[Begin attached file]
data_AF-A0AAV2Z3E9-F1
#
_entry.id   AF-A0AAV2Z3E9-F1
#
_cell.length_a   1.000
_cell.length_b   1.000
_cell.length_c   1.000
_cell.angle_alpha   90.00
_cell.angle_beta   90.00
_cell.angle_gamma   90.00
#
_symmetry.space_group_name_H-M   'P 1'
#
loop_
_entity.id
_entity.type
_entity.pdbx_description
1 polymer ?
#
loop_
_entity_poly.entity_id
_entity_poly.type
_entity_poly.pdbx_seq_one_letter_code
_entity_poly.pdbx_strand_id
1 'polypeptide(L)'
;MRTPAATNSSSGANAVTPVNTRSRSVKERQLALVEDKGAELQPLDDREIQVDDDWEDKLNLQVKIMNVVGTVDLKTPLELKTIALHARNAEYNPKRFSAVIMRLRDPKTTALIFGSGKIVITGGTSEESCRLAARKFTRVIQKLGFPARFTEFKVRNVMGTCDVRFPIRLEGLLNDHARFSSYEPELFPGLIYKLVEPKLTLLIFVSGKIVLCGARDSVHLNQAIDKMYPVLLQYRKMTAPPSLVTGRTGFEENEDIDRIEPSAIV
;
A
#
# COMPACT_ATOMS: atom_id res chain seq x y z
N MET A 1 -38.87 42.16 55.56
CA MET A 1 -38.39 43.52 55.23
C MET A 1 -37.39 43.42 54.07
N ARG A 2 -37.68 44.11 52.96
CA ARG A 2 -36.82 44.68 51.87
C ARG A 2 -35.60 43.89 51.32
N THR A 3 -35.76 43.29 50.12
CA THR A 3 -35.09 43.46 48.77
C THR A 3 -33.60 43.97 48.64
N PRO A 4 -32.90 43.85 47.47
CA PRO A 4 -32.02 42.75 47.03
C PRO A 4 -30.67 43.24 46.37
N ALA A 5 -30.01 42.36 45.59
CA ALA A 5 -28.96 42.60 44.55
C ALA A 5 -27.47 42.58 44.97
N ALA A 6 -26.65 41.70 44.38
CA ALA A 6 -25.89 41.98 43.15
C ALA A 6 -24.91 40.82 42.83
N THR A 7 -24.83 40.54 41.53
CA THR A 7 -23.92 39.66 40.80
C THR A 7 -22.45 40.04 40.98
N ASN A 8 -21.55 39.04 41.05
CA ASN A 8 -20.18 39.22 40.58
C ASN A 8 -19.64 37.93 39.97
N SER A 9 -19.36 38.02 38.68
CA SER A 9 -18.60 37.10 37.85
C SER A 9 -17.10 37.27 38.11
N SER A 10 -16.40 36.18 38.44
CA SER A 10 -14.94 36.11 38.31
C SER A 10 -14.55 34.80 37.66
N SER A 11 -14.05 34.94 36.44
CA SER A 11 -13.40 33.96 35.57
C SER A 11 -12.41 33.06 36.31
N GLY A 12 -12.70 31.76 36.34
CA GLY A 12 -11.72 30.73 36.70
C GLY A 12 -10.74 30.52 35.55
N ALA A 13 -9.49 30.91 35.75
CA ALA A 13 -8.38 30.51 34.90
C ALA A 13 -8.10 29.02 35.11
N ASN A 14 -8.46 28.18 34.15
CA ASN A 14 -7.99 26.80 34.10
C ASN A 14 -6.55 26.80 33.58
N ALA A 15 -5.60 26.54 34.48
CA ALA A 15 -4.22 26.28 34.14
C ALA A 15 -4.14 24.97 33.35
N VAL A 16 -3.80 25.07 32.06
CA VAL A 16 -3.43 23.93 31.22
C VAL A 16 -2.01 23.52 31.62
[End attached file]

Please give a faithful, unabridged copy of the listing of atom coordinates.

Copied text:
data_AF-A0AAV2Z3E9-F1
#
_entry.id   AF-A0AAV2Z3E9-F1
#
_cell.length_a   1.000
_cell.length_b   1.000
_cell.length_c   1.000
_cell.angle_alpha   90.00
_cell.angle_beta   90.00
_cell.angle_gamma   90.00
#
_symmetry.space_group_name_H-M   'P 1'
#
loop_
_entity.id
_entity.type
_entity.pdbx_description
1 polymer ?
#
loop_
_entity_poly.entity_id
_entity_poly.type
_entity_poly.pdbx_seq_one_letter_code
_entity_poly.pdbx_strand_id
1 'polypeptide(L)'
;MRTPAATNSSSGANAVTPVNTRSRSVKERQLALVEDKGAELQPLDDREIQVDDDWEDKLNLQVKIMNVVGTVDLKTPLELKTIALHARNAEYNPKRFSAVIMRLRDPKTTALIFGSGKIVITGGTSEESCRLAARKFTRVIQKLGFPARFTEFKVRNVMGTCDVRFPIRLEGLLNDHARFSSYEPELFPGLIYKLVEPKLTLLIFVSGKIVLCGARDSVHLNQAIDKMYPVLLQYRKMTAPPSLVTGRTGFEENEDIDRIEPSAIV
;
A
#
# COMPACT_ATOMS: atom_id res chain seq x y z
N MET A 1 -38.87 42.16 55.56
CA MET A 1 -38.39 43.52 55.23
C MET A 1 -37.39 43.42 54.07
N ARG A 2 -37.68 44.11 52.96
CA ARG A 2 -36.82 44.68 51.87
C ARG A 2 -35.60 43.89 51.32
N THR A 3 -35.76 43.29 50.12
CA THR A 3 -35.09 43.46 48.77
C THR A 3 -33.60 43.97 48.64
N PRO A 4 -32.90 43.85 47.47
CA PRO A 4 -32.02 42.75 47.03
C PRO A 4 -30.67 43.24 46.37
N ALA A 5 -30.01 42.36 45.59
CA ALA A 5 -28.96 42.60 44.55
C ALA A 5 -27.47 42.58 44.97
N ALA A 6 -26.65 41.70 44.38
CA ALA A 6 -25.89 41.98 43.15
C ALA A 6 -24.91 40.82 42.83
N THR A 7 -24.83 40.54 41.53
CA THR A 7 -23.92 39.66 40.80
C THR A 7 -22.45 40.04 40.98
N ASN A 8 -21.55 39.04 41.05
CA ASN A 8 -20.18 39.22 40.58
C ASN A 8 -19.64 37.93 39.97
N SER A 9 -19.36 38.02 38.68
CA SER A 9 -18.60 37.10 37.85
C SER A 9 -17.10 37.27 38.11
N SER A 10 -16.40 36.18 38.44
CA SER A 10 -14.94 36.11 38.31
C SER A 10 -14.55 34.80 37.66
N SER A 11 -14.05 34.94 36.44
CA SER A 11 -13.40 33.96 35.57
C SER A 11 -12.41 33.06 36.31
N GLY A 12 -12.70 31.76 36.34
CA GLY A 12 -11.72 30.73 36.70
C GLY A 12 -10.74 30.52 35.55
N ALA A 13 -9.49 30.91 35.75
CA ALA A 13 -8.38 30.51 34.90
C ALA A 13 -8.10 29.02 35.11
N ASN A 14 -8.46 28.18 34.15
CA ASN A 14 -7.99 26.80 34.10
C ASN A 14 -6.55 26.80 33.58
N ALA A 15 -5.60 26.54 34.48
CA ALA A 15 -4.22 26.28 34.14
C ALA A 15 -4.14 24.97 33.35
N VAL A 16 -3.80 25.07 32.06
CA VAL A 16 -3.43 23.93 31.22
C VAL A 16 -2.01 23.52 31.62